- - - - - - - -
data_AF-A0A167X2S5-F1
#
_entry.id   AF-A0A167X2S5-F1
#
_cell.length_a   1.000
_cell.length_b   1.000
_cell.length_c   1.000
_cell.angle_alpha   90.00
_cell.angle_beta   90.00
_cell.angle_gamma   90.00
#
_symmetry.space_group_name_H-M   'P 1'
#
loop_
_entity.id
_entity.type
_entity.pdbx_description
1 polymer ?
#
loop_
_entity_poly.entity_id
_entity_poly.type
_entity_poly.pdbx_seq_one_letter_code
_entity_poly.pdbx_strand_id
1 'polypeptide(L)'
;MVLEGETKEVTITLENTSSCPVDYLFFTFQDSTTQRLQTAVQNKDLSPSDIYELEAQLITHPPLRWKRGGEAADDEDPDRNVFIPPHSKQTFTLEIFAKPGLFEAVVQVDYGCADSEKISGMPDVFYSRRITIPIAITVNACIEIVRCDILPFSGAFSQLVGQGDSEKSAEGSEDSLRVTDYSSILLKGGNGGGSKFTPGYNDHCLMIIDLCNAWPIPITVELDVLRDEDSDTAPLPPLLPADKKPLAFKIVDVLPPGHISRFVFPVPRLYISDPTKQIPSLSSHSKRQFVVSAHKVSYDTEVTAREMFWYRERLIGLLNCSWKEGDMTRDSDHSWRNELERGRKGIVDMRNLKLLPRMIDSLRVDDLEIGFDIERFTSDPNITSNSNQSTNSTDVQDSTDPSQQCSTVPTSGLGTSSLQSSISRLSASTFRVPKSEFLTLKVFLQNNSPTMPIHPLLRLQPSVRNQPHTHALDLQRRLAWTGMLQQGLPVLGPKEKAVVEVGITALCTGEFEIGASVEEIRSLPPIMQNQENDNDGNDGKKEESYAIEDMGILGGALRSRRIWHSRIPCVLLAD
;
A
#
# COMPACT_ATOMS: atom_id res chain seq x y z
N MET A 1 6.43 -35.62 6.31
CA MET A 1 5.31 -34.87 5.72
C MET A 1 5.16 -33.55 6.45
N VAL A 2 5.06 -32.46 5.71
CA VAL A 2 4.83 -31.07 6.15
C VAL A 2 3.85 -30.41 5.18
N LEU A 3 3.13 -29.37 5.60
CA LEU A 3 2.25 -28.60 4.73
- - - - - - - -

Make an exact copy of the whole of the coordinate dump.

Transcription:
data_AF-A0A167X2S5-F1
#
_entry.id   AF-A0A167X2S5-F1
#
_cell.length_a   1.000
_cell.length_b   1.000
_cell.length_c   1.000
_cell.angle_alpha   90.00
_cell.angle_beta   90.00
_cell.angle_gamma   90.00
#
_symmetry.space_group_name_H-M   'P 1'
#
loop_
_entity.id
_entity.type
_entity.pdbx_description
1 polymer ?
#
loop_
_entity_poly.entity_id
_entity_poly.type
_entity_poly.pdbx_seq_one_letter_code
_entity_poly.pdbx_strand_id
1 'polypeptide(L)'
;MVLEGETKEVTITLENTSSCPVDYLFFTFQDSTTQRLQTAVQNKDLSPSDIYELEAQLITHPPLRWKRGGEAADDEDPDRNVFIPPHSKQTFTLEIFAKPGLFEAVVQVDYGCADSEKISGMPDVFYSRRITIPIAITVNACIEIVRCDILPFSGAFSQLVGQGDSEKSAEGSEDSLRVTDYSSILLKGGNGGGSKFTPGYNDHCLMIIDLCNAWPIPITVELDVLRDEDSDTAPLPPLLPADKKPLAFKIVDVLPPGHISRFVFPVPRLYISDPTKQIPSLSSHSKRQFVVSAHKVSYDTEVTAREMFWYRERLIGLLNCSWKEGDMTRDSDHSWRNELERGRKGIVDMRNLKLLPRMIDSLRVDDLEIGFDIERFTSDPNITSNSNQSTNSTDVQDSTDPSQQCSTVPTSGLGTSSLQSSISRLSASTFRVPKSEFLTLKVFLQNNSPTMPIHPLLRLQPSVRNQPHTHALDLQRRLAWTGMLQQGLPVLGPKEKAVVEVGITALCTGEFEIGASVEEIRSLPPIMQNQENDNDGNDGKKEESYAIEDMGILGGALRSRRIWHSRIPCVLLAD
;
A
#
# COMPACT_ATOMS: atom_id res chain seq x y z
N MET A 1 6.43 -35.62 6.31
CA MET A 1 5.31 -34.87 5.72
C MET A 1 5.16 -33.55 6.45
N VAL A 2 5.06 -32.46 5.71
CA VAL A 2 4.83 -31.07 6.15
C VAL A 2 3.85 -30.41 5.18
N LEU A 3 3.13 -29.37 5.60
CA LEU A 3 2.25 -28.60 4.73